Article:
Globe and Mail, Toronto
S. Korean trade deal will cost jobs: CAW
Ottawa’s own study shows mild impact
Steven Chase and Greg Keenan
20 September 2006
OTTAWA, TORONTO — A free-trade deal Ottawa is negotiating with South Korea could cost Canada up to 33,000 jobs — including 4,000 in the auto industry — this country’s largest private sector union warned yesterday.
The charge triggered a public relations battle of duelling forecasts as Ottawa released its own studies showing a relatively mild impact on light-vehicle production in Canada.
In an Ottawa meeting yesterday, Canadian Auto Workers union president Buzz Hargrove pressed International Trade Minister David Emerson to shelve talks with South Korea because North American vehicle makers are already fighting for survival.
"It makes no sense at all for the Canadian government to be pushing for a free-trade agreement with Korea at a time when many manufacturers in Canada, including the Big Three auto makers, are struggling to maintain and build markets," Mr. Hargrove said as he released a report forecasting the impact of a free-trade agreement with South Korea.
Mr. Emerson played down forecasts that an Ottawa-Seoul deal would sideswipe jobs. "As you know, economists can come up with virtually any conclusion they are predisposed to come up with — it’s something you need to look at pretty carefully," he said.
Canada officially launched free-trade talks with South Korea on July 15, 2005, over the opposition of auto makers and ship builders.
The scope of the CAW study differs significantly from that of the federal government reports released yesterday.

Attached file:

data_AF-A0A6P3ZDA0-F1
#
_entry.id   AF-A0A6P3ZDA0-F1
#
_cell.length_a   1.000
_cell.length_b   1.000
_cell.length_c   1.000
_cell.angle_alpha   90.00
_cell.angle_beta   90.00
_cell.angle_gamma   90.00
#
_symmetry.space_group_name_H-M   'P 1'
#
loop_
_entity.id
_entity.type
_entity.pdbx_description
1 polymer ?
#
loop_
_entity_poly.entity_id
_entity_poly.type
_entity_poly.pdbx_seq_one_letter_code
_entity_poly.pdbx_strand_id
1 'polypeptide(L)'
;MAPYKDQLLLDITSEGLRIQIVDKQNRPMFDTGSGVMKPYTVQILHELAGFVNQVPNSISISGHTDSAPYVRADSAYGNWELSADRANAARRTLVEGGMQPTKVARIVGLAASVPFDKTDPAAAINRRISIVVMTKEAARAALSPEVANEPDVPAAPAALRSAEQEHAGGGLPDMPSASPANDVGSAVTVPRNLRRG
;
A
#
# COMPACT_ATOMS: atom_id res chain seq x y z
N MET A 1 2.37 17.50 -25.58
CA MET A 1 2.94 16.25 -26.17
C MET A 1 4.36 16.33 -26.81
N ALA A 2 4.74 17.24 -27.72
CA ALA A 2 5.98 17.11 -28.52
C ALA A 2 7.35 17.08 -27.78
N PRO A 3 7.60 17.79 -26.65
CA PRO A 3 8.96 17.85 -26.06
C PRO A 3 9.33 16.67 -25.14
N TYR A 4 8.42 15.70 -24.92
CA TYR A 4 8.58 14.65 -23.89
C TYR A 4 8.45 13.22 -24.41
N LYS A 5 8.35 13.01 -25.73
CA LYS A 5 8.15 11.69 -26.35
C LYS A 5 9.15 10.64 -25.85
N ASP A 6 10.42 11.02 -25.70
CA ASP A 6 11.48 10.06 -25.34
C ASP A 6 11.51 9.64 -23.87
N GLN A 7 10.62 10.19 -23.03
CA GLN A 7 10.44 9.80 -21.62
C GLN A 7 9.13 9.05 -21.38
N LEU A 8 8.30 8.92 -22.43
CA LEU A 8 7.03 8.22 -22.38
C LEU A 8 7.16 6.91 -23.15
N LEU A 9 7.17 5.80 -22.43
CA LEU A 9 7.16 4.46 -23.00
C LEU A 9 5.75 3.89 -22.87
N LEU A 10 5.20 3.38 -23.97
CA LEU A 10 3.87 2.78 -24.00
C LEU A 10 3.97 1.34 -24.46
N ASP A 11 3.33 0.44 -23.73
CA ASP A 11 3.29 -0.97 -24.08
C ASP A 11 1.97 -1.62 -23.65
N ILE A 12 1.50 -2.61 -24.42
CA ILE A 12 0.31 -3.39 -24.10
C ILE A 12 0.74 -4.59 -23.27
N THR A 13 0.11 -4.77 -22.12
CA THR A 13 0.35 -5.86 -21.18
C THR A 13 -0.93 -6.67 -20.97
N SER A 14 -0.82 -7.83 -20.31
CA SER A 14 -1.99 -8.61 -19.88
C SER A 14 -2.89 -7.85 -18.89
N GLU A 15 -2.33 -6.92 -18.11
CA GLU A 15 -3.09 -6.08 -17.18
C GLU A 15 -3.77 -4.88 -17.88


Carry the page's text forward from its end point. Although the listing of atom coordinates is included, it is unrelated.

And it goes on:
While the CAW’s job-loss forecast covers the long-term impact of a free-trade deal on nearly 20 sectors, from clothing manufacturing to machinery makers, the federal government reports focus only on the auto industry.
One report Ottawa released yesterday concludes that a free-trade deal with Seoul would trim "light vehicle" manufacturing in Canada to the tune of between 206 and 1,707 vehicles annually. Averaging out the impact at 957 cars, the study played down the results. "This average represents 0.04 per cent of [annual] Canadian light vehicle production of 2.6 million units," Ottawa’s report said.
A federal official said the Canadian government’s study forecasts deal-related losses of only five to 35 light-vehicle-manufacturing assembly-sector jobs, although this report examined a smaller portion of the auto industry than the CAW did.
Mr. Hargrove said it makes no sense to sign a deal that even Ottawa’s studies show would cost jobs. "Why would we enter into an agreement where our own studies show that there’s no advantage?" the union leader said.
Mr. Emerson promised the auto sector that he wouldn’t sign any deal that is "destructive to the Canadian automotive sector," and assured opponents that Ottawa is far from a deal with Seoul today.
"I wouldn’t call it an impasse. We’re not where we want to be, but these negotiations go on."
Canada opened formal free-trade negotiations with South Korea as part of its drive to open up new, fast-growing Asian markets.
Trade watchers have said South Korea is the most flexible and eager partner in Asia for a free-trade agreement, and a deal there would give Canadian companies a beachhead from which they can build alliances in neighbouring countries.
Mr. Emerson said it would be shame if the United States clinched a deal with Seoul before Ottawa did.
All the major auto makers that manufacture in Canada are currently lobbying Ottawa to try to stop a deal with South Korea.
South Korean vehicles are imported by Hyundai Auto Canada and Kia Motors Canada, neither of which assembles them here.